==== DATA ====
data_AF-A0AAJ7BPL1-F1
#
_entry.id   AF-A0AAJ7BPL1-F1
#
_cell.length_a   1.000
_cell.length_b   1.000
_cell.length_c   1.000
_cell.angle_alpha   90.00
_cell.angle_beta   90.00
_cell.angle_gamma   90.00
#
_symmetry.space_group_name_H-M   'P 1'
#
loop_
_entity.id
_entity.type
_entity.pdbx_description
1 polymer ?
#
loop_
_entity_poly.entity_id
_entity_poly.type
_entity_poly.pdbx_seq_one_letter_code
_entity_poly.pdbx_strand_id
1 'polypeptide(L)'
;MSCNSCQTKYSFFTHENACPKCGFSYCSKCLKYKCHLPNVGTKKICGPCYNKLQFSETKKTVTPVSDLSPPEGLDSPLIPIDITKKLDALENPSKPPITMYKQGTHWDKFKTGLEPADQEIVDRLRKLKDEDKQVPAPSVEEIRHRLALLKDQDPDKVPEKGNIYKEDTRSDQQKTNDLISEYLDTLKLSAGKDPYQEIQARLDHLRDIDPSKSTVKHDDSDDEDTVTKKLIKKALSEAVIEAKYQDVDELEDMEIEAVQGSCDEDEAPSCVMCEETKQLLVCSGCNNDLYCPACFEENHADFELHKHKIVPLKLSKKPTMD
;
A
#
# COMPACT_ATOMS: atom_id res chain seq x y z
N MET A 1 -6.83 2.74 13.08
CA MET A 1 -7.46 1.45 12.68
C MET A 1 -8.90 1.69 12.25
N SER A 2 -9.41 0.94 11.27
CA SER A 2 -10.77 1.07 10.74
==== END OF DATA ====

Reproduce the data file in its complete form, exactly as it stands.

data_AF-A0AAJ7BPL1-F1
#
_entry.id   AF-A0AAJ7BPL1-F1
#
_cell.length_a   1.000
_cell.length_b   1.000
_cell.length_c   1.000
_cell.angle_alpha   90.00
_cell.angle_beta   90.00
_cell.angle_gamma   90.00
#
_symmetry.space_group_name_H-M   'P 1'
#
loop_
_entity.id
_entity.type
_entity.pdbx_description
1 polymer ?
#
loop_
_entity_poly.entity_id
_entity_poly.type
_entity_poly.pdbx_seq_one_letter_code
_entity_poly.pdbx_strand_id
1 'polypeptide(L)'
;MSCNSCQTKYSFFTHENACPKCGFSYCSKCLKYKCHLPNVGTKKICGPCYNKLQFSETKKTVTPVSDLSPPEGLDSPLIPIDITKKLDALENPSKPPITMYKQGTHWDKFKTGLEPADQEIVDRLRKLKDEDKQVPAPSVEEIRHRLALLKDQDPDKVPEKGNIYKEDTRSDQQKTNDLISEYLDTLKLSAGKDPYQEIQARLDHLRDIDPSKSTVKHDDSDDEDTVTKKLIKKALSEAVIEAKYQDVDELEDMEIEAVQGSCDEDEAPSCVMCEETKQLLVCSGCNNDLYCPACFEENHADFELHKHKIVPLKLSKKPTMD
;
A
#
# COMPACT_ATOMS: atom_id res chain seq x y z
N MET A 1 -6.83 2.74 13.08
CA MET A 1 -7.46 1.45 12.68
C MET A 1 -8.90 1.69 12.25
N SER A 2 -9.41 0.94 11.27
CA SER A 2 -10.77 1.07 10.74